Good Morning! 

As Vladimir Putin works feverishly to bring the band back together again, we begin with a word from Alice O’Connor, better known as the Russian-born America writer, Ayn Rand: 

“When, at the age of twelve, at the time of the Russian revolution, I first heard the Communist principle that Man must exist for the sake of the State, I perceived that this was the essential issue, that this principle was evil, and that it could lead to nothing but evil, regardless of any methods, details, decrees, policies, promises and pious platitudes. This was the reason for my opposition to Communism then — and it is my reason now. I am still a little astonished, at times, that too many adult Americans do not understand the nature of the fight against Communism as clearly as I understood it at the age of twelve: they continue to believe that only Communist methods are evil, while Communist ideals are noble. All the victories of Communism since the year 1917 are due to that particular belief among the men who are still free.”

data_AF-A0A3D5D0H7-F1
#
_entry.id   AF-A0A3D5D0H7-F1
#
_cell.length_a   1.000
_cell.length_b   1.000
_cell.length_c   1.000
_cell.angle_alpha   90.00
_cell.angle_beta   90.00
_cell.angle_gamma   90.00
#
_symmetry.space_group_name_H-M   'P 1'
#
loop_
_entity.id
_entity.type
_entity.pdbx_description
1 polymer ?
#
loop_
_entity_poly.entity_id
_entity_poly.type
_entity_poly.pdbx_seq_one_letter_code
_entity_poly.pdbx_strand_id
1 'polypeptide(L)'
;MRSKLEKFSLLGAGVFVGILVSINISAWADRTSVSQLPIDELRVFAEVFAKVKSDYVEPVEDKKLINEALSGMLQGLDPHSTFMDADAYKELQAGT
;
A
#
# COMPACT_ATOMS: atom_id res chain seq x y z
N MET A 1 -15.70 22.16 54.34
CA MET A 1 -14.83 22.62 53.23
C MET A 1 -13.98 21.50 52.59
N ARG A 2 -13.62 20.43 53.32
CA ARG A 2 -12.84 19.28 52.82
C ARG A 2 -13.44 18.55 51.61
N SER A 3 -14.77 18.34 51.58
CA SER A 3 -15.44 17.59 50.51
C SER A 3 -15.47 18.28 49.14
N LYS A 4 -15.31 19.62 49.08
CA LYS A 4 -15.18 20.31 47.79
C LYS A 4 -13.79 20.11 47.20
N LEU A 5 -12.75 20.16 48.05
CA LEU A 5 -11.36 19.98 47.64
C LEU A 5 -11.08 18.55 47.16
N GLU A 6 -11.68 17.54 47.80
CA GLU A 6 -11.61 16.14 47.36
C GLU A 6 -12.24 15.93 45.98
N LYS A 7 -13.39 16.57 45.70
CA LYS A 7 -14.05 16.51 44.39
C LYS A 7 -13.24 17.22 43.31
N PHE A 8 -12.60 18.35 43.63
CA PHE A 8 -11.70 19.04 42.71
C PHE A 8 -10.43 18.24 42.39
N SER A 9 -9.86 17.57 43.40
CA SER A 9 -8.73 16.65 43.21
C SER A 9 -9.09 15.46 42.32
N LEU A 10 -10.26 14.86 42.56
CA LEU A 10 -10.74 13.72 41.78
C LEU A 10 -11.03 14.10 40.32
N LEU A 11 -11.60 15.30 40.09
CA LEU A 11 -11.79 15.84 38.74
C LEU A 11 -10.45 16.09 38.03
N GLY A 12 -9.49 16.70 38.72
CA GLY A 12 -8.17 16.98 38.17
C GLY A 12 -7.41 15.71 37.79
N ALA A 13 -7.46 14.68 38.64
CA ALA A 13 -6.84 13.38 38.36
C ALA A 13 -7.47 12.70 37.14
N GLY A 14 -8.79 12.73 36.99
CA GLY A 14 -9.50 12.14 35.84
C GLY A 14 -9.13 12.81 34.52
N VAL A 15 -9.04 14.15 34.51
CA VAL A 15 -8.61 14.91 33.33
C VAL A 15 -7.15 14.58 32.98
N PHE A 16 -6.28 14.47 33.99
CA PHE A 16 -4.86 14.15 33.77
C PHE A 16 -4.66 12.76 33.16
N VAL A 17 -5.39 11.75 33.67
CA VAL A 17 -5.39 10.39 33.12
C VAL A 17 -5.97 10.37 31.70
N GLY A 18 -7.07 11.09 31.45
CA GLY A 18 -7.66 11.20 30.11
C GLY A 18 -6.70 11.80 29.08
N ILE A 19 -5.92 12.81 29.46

1. Russia Escalates Situation in Ukraine to Explosive Proportions 

From Dr. Al Mohler in The Briefing: 
Over the course of the last two decades, Vladimir Putin and Russia have had a very important aim. That aim has been to destabilize the West. And furthermore, that aim quite specifically has been to politically fracture the West.  

Vladimir Putin, you’ll recall, was a KGB agent outside of Russia when the USSR broke up and he has never reconciled himself to that loss of what he saw as Soviet glory. And of course, that’s in the larger context as we have discussed of Russian glory. But Russia has always been an insecure state. Even as an empire, it was a very insecure and sometimes paranoid empire. And for some good reason, it has geographical liabilities and it has some very restive nations and people surrounding it. 

Americans wonder why exactly should we care so much about Ukraine? Just remember that Ukraine has been allied with the West. It has wanted to join NATO, the North Atlantic Treaty Organization. Let’s just remind ourselves that Poland, the next nation to the West, is a NATO ally, and the NATO treaty calls for an understanding that the invasion or a military attack upon one is an attack upon all, requiring an absolutely joint military response. Should Ukraine, one way or another, either be completely destabilized or for that matter, come into a Russian sphere of influence, that would put that Russian sphere of influence right on the border with a NATO ally to the United States of America. Now we really are going back into the territory of the Cold War. 


U.S. Prepares Response as Putin Orders Forces to Separatist Enclaves 

From The New York Times: